Gecer and Topal (2019)

From Copyright EVIDENCE

Advertising Architectural Publishing of books, periodicals and other publishing Programming and broadcasting Computer programming Computer consultancy Creative, arts and entertainment Cultural education

Film and motion pictures Sound recording and music publishing Photographic activities PR and communication Software publishing (including video games) Specialised design Television programmes Translation and interpretation

1. Relationship between protection (subject matter/term/scope) and supply/economic development/growth/welfare 2. Relationship between creative process and protection - what motivates creators (e.g. attribution; control; remuneration; time allocation)? 3. Harmony of interest assumption between authors and publishers (creators and producers/investors) 4. Effects of protection on industry structure (e.g. oligopolies; competition; economics of superstars; business models; technology adoption) 5. Understanding consumption/use (e.g. determinants of unlawful behaviour; user-generated content; social media)

A. Nature and Scope of exclusive rights (hyperlinking/browsing; reproduction right) B. Exceptions (distinguish innovation and public policy purposes; open-ended/closed list; commercial/non-commercial distinction) C. Mass digitisation/orphan works (non-use; extended collective licensing) D. Licensing and Business models (collecting societies; meta data; exchanges/hubs; windowing; crossborder availability) E. Fair remuneration (levies; copyright contracts) F. Enforcement (quantifying infringement; criminal sanctions; intermediary liability; graduated response; litigation and court data; commercial/non-commercial distinction; education and awareness)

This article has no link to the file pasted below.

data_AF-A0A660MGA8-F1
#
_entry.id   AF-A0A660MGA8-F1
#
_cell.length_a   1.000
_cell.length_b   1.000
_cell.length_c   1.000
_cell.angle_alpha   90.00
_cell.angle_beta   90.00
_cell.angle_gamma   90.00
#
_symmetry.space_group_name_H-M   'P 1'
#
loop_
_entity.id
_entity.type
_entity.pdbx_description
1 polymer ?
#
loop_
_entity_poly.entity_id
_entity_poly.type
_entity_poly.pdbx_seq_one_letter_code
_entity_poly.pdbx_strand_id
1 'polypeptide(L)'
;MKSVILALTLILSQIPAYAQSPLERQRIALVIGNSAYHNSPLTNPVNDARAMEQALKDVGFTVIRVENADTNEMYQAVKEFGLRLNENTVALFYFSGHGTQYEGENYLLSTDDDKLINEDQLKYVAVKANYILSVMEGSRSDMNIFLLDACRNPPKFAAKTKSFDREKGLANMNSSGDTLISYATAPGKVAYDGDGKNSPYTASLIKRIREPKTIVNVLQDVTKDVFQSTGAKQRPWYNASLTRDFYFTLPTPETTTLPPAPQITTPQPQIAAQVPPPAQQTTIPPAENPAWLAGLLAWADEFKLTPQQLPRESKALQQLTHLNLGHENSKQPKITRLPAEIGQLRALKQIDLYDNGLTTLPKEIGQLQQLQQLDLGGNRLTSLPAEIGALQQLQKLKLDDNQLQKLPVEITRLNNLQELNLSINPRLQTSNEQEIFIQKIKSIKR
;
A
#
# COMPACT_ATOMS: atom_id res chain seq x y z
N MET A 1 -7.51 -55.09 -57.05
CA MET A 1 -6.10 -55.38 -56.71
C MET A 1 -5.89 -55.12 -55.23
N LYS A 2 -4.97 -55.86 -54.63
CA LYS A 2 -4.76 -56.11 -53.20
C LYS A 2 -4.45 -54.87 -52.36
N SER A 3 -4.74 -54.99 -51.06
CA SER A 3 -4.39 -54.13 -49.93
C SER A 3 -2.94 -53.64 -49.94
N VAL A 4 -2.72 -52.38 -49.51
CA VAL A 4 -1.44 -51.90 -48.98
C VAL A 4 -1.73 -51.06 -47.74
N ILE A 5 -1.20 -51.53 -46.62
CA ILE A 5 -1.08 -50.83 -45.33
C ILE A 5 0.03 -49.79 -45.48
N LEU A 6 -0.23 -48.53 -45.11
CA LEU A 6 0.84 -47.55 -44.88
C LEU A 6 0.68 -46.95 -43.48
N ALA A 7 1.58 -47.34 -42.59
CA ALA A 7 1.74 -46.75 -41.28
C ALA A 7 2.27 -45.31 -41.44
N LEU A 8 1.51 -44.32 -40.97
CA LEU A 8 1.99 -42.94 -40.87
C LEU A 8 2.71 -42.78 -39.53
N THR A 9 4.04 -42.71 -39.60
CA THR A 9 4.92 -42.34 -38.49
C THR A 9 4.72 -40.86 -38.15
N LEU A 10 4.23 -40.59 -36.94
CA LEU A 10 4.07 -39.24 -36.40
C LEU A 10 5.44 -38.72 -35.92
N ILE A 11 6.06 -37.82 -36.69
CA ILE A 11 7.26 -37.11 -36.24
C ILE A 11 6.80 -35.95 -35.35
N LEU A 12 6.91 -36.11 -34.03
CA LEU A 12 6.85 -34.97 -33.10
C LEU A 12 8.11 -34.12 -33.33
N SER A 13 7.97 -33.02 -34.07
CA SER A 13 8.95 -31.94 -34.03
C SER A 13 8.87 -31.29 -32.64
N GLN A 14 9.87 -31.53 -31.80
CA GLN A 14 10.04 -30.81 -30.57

Source Details

Gecer and Topal (2019)
Title: Academic and postgraduate student awareness of digital product copyright issues
Author(s): Gecer, A.K., Topal, A.D.
Year: 2019
Citation: Gecer, A.K. and Topal, A.D. (2019) Academic and postgraduate student awareness of digital product copyright issues. Information Development.
Link(s): Definitive
Key Related Studies:
Discipline:
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About the Data
Data Description: The study gathers data from a survey of randomly sampled postgraduate students from universities across Turkey, totalling 188 participants.
Data Type: Primary data
Secondary Data Sources:
Data Collection Methods:
Data Analysis Methods:
Industry(ies):
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Cross Country Study?: No
Comparative Study?: No
Literature review?: No
Government or policy study?: No
Time Period(s) of Collection:
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Abstract

“The presentation and sharing of information, especially in digital environments, have become significantly easier with information and communication technologies and this has caused an increase in copyright problems. The aim of this study is to reveal the levels of awareness of academic and postgraduate students of copyrights in relation to digital products. The survey model was used in research conducted with the participation of academicians working at different universities in Turkey and postgraduate students in the 2018-2019 academic year. According to the findings, the knowledge level of the participants regarding copyrights, license agreements and fair use is moderate, their knowledge level about open source software, free software and copyleft is low, and they do not commit copyright infringements apart from downloading computer programs. Those working in the field of informatics commit more copyright infringement than others (such as using unlicensed software, distributing license serial numbers, illegally downloading music, videos etc., using without reference), as also do those in the 20-25 age range. The majority of participants stated that policies to prevent infringement of copyright digital products were insufficient, there is a lack of information about enforcement and their reasons for the situation include the belief in not getting caught and no one getting hurt, as well as not seeing it as a crime.”